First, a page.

President Lyndon B. Johnson awards Marvin Glenn Shields the Medal of Honor posthumously on September 13, 1966.

  • By Duane Colt Denfeld, Ph.D.
  • Posted 12/30/2014
  • HistoryLink.org Essay 10928
On September 13, 1966, at a White House ceremony, President Lyndon B. Johnson (1908-1973) awards the Medal of Honor posthumously to Construction Mechanic Third Class Marvin Shields (1939-1965). Shields's widow, Joan Shields (b. 1944), and father, William Glenn Shields (1918-1998), receive the award. Also in attendance is Marvin Shields's daughter, Barbara Diane (b. 1964). His heroic actions alongside Second Lieutenant Charles Q. Williams (1933-1982) saved many lives, and Second Lieutenant Charles Q. Williams also receives the Medal of Honor. On June 9, 1965, a reinforced Viet Cong regiment attacked an American special-forces camp under construction at Dong Xoai, South Vietnam. A Seabee team that included Construction Mechanic Third Class Marvin Glenn Shields was assisting the special forces in building the camp. During the 14-hour siege of the camp, Shields carried ammunition to camp defenders, recovered a seriously wounded man, and was twice wounded himself. Despite his wounds, he volunteered to assist Lieutenant Williams in firing a rocket launcher to destroy an enemy machine gun. They destroyed the machine gun position. While returning to camp, Marvin Shields was fatally wounded.

Growing Up on Discovery Bay

Marvin Glenn Shields was born in Port Townsend. The Shields family lived near Port Townsend on Discovery Bay in Gardiner, Washington. Marvin Shields often made boat trips to islands in the bay and camped out. He attended Port Townsend High School and graduated in 1958.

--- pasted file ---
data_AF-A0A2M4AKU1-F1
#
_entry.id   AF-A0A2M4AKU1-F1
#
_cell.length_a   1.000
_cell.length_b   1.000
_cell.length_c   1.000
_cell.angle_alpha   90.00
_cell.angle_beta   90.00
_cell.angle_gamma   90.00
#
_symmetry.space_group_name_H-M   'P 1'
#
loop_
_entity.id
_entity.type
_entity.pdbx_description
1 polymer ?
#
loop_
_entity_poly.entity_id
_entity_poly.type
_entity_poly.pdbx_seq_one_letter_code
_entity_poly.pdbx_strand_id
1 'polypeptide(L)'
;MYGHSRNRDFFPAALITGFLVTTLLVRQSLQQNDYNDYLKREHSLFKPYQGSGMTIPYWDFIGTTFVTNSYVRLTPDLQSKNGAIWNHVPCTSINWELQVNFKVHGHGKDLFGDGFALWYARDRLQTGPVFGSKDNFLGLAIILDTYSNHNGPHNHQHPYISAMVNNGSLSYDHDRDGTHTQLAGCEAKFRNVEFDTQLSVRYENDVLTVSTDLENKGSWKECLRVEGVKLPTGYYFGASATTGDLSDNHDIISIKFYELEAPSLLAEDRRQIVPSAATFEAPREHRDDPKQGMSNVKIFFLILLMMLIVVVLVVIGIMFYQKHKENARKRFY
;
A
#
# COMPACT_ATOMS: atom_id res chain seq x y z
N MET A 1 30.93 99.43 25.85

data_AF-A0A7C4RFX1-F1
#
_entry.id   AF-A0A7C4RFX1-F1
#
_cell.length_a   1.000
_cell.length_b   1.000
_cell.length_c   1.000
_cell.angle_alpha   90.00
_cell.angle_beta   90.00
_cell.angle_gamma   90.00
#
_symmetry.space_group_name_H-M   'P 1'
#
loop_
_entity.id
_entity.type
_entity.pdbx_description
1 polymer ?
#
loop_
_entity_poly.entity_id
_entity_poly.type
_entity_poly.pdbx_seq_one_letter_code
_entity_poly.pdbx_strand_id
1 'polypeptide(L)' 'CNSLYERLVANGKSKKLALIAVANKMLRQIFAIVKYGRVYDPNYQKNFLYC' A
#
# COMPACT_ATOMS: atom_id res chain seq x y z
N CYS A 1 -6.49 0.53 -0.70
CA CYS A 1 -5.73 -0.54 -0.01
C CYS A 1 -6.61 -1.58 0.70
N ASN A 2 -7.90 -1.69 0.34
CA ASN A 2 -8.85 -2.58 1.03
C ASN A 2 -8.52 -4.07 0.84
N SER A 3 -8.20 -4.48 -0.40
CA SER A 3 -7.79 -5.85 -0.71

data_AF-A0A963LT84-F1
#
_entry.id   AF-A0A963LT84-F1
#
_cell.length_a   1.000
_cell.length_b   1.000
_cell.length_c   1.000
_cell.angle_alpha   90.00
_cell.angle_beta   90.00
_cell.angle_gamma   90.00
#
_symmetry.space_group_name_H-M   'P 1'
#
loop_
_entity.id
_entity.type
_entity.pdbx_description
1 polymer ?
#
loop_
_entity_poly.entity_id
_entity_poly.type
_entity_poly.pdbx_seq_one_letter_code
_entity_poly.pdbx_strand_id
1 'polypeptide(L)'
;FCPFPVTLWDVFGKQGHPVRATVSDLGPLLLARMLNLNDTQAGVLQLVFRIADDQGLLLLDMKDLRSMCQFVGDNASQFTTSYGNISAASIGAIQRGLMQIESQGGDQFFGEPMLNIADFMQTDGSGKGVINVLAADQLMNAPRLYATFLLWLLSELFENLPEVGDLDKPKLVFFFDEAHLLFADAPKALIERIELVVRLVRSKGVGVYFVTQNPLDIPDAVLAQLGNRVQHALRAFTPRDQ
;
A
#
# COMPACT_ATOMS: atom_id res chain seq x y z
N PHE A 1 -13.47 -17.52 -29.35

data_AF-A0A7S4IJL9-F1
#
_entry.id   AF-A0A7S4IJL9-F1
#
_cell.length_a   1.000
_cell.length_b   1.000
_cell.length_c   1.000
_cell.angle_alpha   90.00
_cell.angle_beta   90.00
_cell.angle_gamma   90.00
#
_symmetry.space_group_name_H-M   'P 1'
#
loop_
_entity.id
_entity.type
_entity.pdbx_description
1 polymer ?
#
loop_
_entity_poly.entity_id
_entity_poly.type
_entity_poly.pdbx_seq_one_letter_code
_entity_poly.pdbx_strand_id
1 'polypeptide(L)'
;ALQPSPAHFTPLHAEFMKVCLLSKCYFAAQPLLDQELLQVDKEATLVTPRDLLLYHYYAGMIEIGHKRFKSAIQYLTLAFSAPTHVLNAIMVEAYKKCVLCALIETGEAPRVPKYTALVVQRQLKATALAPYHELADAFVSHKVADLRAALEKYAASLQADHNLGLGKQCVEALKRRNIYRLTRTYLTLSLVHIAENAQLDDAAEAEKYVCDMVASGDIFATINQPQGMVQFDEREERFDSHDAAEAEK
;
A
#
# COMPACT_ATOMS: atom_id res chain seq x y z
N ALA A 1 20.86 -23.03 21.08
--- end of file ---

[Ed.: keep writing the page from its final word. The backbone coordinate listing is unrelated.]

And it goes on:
Following graduation he went to Hyder, Alaska, to work for the Mineral Basin Mining Company, a gold mining project started by a Port Townsend company. He returned to Washington and in 1962 joined the navy to become a Seabee, serving at bases in Georgia, Okinawa, and Port Hueneme, California. In February 1965, he was deployed to South Vietnam and attached to the army's 5th Special Forces Group (Airborne), 1st Special Forces.

Building and Fighting

Construction Mechanic Third Class Shields was assigned to Seabee Team 1104 of the Mobile Construction Battalion 11 (MCB-11) that was assisting the army's special forces in construction of a camp at Dong Xoai in the Phuoc Long Province, South Vietnam. The team of nine Seabees and special-forces soldiers was building a runway when the camp and Dong Xoai district town came under attack by Viet Cong forces. The camp and district town were on a Viet Cong supply route from Cambodia into that region. Given its strategic location, the enemy sought to destroy the camp before it could be completed.

At approximately 11 p.m. on June 9, 1965, a reinforced Viet Cong regiment attacked the South Vietnamese troops positioned at Dong Xoai. By 11:30 p.m. the Viet Cong forces had penetrated the South Vietnamese lines and had the special forces camp under mortar and infantry attack. The Viet Cong forces laid intense fire into the camp. During the night in the camp, a bloody battle ensued. For three hours, Marvin Shields carried ammunition to his comrades as they held off the enemy. Moving from position he came under direct fire and was wounded. After about three hours the Viet Cong launched a massive assault with flamethrowers, grenades, and automatic fire. Marvin Shields was wounded again.

Despite his wounds, he recovered a more seriously wounded soldier. Another four hours of close combat followed. During the battle, the special forces commanding officer was seriously wounded, and Second Lieutenant Charles Q. Williams took command. He rushed from position to position, encouraging his troops to keep fighting. Lieutenant Williams observed that an enemy machine gun was causing great harm. He asked for a volunteer to assist him with a 3.5-inch rocket launcher to take out the enemy gun. Shields volunteered and loaded the rocket launcher as Williams fired it.